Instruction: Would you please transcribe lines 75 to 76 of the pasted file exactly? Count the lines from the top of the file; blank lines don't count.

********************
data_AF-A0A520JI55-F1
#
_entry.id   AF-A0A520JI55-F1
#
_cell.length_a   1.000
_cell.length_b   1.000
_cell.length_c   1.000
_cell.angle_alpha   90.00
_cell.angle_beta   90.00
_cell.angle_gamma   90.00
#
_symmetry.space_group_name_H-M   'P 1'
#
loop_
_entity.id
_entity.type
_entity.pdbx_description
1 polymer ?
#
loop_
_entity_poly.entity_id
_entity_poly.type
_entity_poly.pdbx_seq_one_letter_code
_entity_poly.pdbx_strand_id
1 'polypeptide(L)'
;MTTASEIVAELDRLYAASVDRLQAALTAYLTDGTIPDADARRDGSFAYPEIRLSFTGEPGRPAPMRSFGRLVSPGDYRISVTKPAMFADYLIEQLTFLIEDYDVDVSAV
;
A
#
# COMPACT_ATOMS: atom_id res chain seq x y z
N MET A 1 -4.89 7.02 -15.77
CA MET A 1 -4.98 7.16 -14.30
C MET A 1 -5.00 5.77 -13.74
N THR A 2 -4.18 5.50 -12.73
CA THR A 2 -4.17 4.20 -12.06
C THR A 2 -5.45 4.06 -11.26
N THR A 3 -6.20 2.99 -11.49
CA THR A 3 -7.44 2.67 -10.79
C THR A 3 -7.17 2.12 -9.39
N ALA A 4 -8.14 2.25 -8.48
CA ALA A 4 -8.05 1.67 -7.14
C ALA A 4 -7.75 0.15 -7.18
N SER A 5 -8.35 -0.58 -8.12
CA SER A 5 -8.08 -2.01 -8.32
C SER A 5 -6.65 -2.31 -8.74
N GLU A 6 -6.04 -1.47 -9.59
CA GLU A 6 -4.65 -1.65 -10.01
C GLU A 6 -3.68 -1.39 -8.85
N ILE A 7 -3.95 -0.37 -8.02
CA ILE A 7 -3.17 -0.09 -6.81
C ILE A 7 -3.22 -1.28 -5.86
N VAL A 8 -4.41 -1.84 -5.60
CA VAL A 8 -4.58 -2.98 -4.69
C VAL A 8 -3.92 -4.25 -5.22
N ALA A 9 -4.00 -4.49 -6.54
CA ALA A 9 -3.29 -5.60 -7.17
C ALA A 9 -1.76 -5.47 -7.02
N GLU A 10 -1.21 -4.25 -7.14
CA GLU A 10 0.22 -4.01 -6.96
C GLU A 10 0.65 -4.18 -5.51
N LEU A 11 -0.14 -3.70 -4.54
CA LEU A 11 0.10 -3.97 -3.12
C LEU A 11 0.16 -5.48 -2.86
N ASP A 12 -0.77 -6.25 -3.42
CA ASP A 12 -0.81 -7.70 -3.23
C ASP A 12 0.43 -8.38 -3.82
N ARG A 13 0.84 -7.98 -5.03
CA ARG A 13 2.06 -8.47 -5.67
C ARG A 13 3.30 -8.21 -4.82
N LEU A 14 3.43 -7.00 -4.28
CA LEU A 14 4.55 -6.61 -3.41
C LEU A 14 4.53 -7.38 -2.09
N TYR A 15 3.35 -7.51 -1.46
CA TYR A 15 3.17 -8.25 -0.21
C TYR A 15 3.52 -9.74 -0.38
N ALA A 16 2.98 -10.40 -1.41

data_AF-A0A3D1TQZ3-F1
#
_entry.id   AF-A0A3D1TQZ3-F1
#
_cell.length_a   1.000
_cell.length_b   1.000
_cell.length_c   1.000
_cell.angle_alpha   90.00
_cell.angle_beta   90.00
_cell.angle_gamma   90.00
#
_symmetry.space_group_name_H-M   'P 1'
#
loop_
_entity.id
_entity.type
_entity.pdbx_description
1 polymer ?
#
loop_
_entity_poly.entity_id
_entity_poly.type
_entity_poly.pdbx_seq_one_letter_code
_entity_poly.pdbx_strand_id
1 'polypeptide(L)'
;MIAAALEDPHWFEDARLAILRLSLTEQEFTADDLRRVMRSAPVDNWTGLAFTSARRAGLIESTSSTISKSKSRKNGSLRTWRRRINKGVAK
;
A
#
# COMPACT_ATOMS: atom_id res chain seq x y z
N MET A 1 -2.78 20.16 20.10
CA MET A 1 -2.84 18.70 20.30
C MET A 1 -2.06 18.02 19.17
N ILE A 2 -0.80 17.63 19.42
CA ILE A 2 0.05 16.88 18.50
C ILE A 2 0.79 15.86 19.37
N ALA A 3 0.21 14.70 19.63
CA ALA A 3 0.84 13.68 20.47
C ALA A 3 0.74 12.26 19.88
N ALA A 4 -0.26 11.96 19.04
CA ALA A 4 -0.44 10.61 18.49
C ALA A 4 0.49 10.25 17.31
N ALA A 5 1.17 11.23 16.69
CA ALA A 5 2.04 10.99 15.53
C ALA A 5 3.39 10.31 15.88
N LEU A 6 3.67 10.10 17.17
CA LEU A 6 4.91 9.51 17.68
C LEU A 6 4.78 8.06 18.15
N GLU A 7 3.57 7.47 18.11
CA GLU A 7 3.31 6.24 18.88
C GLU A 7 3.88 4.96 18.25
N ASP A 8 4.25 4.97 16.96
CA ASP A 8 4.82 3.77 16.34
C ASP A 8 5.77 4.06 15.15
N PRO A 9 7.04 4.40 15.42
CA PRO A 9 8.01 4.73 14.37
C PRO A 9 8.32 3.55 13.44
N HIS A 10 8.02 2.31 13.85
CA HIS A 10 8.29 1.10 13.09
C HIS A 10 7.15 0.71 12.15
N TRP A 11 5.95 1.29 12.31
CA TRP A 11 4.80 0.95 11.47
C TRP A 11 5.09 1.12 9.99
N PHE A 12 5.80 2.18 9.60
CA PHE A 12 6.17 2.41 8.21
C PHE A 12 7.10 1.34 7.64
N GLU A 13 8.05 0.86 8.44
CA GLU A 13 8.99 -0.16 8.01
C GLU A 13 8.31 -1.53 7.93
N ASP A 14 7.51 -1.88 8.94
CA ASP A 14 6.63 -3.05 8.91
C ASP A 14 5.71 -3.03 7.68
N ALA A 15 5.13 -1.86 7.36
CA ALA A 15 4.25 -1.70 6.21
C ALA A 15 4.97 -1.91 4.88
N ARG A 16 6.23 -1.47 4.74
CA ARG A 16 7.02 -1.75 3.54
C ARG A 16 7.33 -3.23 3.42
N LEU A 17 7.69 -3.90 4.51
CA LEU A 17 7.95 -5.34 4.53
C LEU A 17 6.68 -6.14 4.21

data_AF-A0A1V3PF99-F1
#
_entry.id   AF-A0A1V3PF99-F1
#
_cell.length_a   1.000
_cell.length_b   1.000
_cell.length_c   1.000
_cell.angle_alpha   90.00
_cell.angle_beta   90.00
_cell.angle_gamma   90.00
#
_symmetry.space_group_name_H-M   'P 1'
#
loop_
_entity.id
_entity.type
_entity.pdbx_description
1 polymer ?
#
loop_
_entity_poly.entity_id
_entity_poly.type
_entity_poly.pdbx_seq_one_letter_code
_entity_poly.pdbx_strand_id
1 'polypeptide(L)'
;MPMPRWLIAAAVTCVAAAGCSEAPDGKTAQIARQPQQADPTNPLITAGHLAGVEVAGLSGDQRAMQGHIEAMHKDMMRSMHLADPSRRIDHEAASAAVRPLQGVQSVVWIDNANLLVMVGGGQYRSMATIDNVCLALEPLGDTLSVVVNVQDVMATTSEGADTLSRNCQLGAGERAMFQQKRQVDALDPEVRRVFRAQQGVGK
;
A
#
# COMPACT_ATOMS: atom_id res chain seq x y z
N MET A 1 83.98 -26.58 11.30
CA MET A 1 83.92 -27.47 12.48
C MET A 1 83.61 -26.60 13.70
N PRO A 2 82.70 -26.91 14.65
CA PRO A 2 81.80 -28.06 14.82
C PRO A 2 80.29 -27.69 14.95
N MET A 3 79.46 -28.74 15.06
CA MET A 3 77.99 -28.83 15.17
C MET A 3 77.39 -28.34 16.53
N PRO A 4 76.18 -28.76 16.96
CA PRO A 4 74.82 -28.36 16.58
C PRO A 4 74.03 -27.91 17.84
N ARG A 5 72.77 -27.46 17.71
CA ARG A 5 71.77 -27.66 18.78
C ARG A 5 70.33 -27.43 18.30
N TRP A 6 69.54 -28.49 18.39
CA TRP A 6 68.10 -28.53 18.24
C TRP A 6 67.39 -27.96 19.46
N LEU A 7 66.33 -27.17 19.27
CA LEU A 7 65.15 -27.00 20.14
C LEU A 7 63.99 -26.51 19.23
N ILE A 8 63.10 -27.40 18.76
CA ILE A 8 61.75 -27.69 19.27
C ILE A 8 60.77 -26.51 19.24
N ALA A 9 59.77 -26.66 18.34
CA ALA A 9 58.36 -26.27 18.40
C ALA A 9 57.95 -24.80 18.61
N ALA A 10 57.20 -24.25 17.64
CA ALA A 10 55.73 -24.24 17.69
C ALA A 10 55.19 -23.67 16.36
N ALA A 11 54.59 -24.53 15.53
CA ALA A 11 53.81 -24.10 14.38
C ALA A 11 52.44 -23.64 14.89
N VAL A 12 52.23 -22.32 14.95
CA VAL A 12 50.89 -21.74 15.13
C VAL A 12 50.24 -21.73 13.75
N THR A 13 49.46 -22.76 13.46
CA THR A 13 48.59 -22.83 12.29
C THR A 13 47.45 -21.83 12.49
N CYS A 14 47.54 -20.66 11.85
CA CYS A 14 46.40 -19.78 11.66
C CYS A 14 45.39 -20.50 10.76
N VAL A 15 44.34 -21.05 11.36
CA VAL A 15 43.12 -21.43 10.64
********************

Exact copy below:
C TYR A 15 3.52 -9.74 -0.38
N ALA A 16 2.98 -10.40 -1.41